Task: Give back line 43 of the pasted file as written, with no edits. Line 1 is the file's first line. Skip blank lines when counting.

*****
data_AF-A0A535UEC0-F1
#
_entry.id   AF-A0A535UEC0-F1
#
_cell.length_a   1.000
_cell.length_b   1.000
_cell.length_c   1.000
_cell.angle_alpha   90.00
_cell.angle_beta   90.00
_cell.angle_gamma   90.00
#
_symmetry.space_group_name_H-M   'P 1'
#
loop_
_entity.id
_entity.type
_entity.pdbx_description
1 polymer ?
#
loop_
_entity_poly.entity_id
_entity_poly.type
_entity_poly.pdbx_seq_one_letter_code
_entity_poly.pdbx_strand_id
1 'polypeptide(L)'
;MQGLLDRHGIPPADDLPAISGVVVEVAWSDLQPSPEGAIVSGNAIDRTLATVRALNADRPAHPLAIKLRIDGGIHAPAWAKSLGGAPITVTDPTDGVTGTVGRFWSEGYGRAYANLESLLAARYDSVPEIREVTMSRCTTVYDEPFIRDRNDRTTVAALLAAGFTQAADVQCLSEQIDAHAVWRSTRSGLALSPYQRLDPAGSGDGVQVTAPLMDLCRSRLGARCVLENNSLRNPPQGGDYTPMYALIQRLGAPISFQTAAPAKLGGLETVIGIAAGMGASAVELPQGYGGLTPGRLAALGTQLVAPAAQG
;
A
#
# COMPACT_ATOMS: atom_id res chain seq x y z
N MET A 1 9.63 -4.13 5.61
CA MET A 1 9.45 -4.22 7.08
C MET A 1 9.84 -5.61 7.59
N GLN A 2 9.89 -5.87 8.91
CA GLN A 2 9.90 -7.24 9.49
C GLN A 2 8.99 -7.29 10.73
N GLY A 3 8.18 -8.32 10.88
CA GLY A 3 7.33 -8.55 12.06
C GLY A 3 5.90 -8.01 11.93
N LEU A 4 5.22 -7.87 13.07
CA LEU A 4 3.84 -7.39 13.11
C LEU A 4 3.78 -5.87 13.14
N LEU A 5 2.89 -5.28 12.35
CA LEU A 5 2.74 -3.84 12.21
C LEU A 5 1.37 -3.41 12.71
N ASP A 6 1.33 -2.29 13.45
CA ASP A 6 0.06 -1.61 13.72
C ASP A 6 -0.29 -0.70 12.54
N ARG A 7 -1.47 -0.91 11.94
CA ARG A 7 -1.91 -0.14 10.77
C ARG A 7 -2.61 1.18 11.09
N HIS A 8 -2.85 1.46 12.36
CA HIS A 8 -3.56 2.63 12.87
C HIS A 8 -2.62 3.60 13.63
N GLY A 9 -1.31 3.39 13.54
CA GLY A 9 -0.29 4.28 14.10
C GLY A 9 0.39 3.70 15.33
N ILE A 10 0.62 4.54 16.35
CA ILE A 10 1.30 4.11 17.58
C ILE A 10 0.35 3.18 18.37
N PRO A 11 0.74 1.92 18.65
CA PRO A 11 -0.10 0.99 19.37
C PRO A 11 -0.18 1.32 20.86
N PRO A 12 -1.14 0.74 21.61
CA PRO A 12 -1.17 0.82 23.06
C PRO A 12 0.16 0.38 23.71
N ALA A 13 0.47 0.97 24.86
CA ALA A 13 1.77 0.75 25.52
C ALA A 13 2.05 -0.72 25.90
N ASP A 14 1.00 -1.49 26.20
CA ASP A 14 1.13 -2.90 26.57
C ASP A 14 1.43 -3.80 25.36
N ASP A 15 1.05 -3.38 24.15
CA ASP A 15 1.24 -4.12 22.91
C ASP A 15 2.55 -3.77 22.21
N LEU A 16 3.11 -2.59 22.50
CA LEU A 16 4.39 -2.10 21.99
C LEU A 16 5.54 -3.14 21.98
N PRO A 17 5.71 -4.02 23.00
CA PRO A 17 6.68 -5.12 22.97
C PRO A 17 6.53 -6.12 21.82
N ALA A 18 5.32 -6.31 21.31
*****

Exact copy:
N LEU A 5 2.89 -5.28 12.35